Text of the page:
3. Blackbird Singing in the Dead of Night, by John ‘The Gneesh’ Robey. This is a cartoony hard-boiled detective story. So when a beautiful dame comes in the door, cue the saxophone music… from a saxophone-playing rat that’s been following her for days. This kind of light-hearted absurdity makes me extremely happy, so I’m really glad that Roar is willing to include lighter fare like this. Included in this whimsical investigation of murder and blackmail are several nerdy references that may pass the reader by, from Edgar Allan Poe to San Angeles to Squash and Stretch, Private Investigators. All good fun.
   4. Al Coda, by Marcus Reeve. This story resonated with me. I used to collect coins, and had made it my goal to collect a particular large set. The quest felt great, until I actually completed it and felt bored and empty. Similarly in this short story, a pianist gives the performance of his lifetime after years of anticipation and practice, then struggles to find purpose and direction in his music afterwards, aided by a close friend who comes to his rescue.
   6. Touchdown, by Teiran, follows the action unfolding in the mission control room for the first manned spaceflight to Mars. While light on conflict, a serious emergency develops that requires risky decisions be made, with a growing amount of anxiety. This is essentially a vignette story, and it feels very believable and realistic.
   7. Johnny R., by Ben Goodridge. A mixed human-and-anthro world, where the anthros are the equivalent of blacks, experiencing heavy racism and discrimination. In a backwater town, a family of rats barely ekes out an existance making whiskey, while the son of the family consoles himself playing rhythm and blues on his guitar, until a lucky break comes his way and he gets discovered by a recording studio. While the story itself was fairly predictable, the way the last few pages explored the relationship between the son and his father made it work well.
   8. Still Life in Ice and Snow, by NightEyes DaySpring. A group of friends go on a skiing trip. Two of them have announced their engagement, which makes Kai, a young German shepherd, feel all the more lonely, finding it difficult to gain confidence and trust in himself after being stung by a bad relationship in his past. A weekend encounter—with a touch of something troubling and supernatural—gives him the determination he needs to move on. A gentle, introspective story.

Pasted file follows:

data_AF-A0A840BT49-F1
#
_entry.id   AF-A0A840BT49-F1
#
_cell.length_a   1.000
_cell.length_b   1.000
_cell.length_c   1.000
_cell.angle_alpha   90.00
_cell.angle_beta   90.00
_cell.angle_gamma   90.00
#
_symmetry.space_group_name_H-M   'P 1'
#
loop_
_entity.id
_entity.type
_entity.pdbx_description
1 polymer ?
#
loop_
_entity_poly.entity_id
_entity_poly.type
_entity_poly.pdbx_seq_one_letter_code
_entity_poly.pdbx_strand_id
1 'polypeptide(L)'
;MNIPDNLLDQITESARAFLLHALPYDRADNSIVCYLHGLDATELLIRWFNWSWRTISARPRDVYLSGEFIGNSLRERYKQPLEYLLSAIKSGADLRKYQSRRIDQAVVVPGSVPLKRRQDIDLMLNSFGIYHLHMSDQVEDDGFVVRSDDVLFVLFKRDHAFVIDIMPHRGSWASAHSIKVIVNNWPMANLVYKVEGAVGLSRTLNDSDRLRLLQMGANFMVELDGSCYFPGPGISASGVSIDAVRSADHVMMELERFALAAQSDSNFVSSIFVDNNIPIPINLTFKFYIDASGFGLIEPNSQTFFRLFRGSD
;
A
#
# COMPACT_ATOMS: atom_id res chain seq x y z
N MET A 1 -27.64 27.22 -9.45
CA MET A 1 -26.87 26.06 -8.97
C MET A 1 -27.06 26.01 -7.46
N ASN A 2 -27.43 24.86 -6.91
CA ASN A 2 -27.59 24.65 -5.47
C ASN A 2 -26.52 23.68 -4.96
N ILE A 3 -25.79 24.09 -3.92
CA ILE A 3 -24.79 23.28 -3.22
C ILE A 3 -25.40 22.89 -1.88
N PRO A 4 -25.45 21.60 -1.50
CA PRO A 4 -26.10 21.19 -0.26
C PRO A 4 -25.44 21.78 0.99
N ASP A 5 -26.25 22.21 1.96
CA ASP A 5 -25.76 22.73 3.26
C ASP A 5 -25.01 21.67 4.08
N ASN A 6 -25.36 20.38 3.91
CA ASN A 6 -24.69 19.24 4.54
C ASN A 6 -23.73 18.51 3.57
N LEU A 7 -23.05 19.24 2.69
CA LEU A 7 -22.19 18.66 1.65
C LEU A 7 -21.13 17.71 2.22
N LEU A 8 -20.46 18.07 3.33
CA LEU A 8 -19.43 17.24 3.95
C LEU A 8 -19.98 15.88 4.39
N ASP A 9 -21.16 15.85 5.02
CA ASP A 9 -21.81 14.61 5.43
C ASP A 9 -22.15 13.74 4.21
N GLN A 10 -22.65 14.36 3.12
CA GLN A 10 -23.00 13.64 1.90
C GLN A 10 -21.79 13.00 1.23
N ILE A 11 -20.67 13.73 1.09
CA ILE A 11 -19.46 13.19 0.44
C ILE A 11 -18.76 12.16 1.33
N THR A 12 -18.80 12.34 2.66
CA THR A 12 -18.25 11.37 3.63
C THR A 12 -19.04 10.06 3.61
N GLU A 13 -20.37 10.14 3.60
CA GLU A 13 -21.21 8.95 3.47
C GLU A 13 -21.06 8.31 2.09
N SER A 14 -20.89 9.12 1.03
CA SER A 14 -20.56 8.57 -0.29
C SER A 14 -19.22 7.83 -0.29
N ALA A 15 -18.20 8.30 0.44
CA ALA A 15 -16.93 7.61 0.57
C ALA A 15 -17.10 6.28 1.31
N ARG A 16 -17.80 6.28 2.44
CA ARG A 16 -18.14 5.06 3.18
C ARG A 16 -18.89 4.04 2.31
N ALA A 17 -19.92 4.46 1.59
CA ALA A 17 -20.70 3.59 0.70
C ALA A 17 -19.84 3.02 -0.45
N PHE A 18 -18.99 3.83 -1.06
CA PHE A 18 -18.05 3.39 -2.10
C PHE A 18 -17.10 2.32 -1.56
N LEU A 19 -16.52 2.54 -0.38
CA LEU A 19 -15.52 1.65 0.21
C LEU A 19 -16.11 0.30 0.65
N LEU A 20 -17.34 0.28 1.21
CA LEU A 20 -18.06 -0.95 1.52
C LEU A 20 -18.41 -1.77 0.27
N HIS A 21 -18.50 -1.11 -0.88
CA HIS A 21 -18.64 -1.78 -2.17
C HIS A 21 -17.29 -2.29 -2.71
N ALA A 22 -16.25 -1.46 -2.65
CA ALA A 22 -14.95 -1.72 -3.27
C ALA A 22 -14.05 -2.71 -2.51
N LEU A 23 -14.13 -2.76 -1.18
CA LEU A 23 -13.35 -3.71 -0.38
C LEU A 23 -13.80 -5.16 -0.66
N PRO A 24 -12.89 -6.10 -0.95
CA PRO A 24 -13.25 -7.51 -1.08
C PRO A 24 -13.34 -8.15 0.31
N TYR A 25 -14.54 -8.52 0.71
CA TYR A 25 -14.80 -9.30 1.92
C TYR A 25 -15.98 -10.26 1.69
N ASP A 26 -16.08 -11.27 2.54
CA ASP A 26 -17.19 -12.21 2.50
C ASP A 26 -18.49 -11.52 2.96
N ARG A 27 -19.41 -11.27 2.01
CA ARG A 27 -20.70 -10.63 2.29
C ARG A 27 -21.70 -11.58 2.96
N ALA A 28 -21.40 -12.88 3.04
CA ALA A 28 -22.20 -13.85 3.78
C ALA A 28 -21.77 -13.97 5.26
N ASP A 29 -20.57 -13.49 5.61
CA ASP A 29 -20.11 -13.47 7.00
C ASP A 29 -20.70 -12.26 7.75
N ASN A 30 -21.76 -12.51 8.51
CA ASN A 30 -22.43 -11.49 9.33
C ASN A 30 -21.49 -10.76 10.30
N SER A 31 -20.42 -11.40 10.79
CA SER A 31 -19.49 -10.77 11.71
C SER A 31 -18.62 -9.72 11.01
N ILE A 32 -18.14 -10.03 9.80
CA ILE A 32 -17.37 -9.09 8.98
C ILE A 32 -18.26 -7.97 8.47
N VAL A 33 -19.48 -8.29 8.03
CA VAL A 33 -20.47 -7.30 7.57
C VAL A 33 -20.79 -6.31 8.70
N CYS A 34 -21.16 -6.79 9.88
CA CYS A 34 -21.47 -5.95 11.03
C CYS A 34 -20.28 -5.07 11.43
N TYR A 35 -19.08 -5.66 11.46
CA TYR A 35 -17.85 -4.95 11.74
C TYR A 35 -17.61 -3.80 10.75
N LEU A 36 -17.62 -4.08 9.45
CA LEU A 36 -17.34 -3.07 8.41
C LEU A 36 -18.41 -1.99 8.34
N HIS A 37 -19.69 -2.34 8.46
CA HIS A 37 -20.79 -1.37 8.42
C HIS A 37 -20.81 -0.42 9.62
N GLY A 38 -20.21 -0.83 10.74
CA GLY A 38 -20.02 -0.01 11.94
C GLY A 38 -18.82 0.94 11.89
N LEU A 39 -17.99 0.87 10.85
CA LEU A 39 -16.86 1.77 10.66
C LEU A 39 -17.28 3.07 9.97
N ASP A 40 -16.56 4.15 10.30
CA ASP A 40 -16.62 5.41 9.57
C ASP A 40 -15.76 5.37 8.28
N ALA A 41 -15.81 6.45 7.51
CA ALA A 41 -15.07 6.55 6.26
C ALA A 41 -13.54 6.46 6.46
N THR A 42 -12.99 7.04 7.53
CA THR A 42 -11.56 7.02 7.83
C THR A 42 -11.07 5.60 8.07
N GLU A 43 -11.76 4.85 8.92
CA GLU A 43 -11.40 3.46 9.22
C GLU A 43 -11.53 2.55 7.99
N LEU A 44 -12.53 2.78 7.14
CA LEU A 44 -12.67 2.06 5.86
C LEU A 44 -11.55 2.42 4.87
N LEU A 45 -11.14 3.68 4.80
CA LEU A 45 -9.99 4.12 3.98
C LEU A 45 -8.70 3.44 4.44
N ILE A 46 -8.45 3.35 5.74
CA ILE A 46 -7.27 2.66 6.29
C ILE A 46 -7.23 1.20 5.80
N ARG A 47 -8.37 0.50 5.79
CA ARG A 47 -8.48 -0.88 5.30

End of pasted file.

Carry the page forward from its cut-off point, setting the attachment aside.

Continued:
9. Pori, by James Steele. A tiger and a coyote stumble away from a battle against strange creatures attacking their jungle home. Tending their injuries, they compare their experiences as Pori, the warrior caste of each tribe. While they’re trained from childhood to be proud of their Pori-hood, over time it’s become obvious that much of this is propaganda, and that their tribes actually view them as having little social status or worth except as soldier fodder. A story about overcoming jadedness and anger.
   10. Escape from New Dansmouth, by Jacob Staley. An ongoing war is being waged between rival nations, one using magic, the other using new scientific techniques. The story concerns a small group of magic-using spies on a delicate mission, infiltrating the foreign government’s offices while avoiding their cruel leader. One spy is calm and cautious, while another has been taking increasingly dangerous risks in order to gather intelligence, but his luck has started to run out. Although I felt the march of scientific discovery in this story was progressing a little too fast, it was a good read with lots of tension, and I enjoyed how scent came into play at one point—a nice furry touch. This was a good work to end the anthology with, and I’d love to read more about this story universe.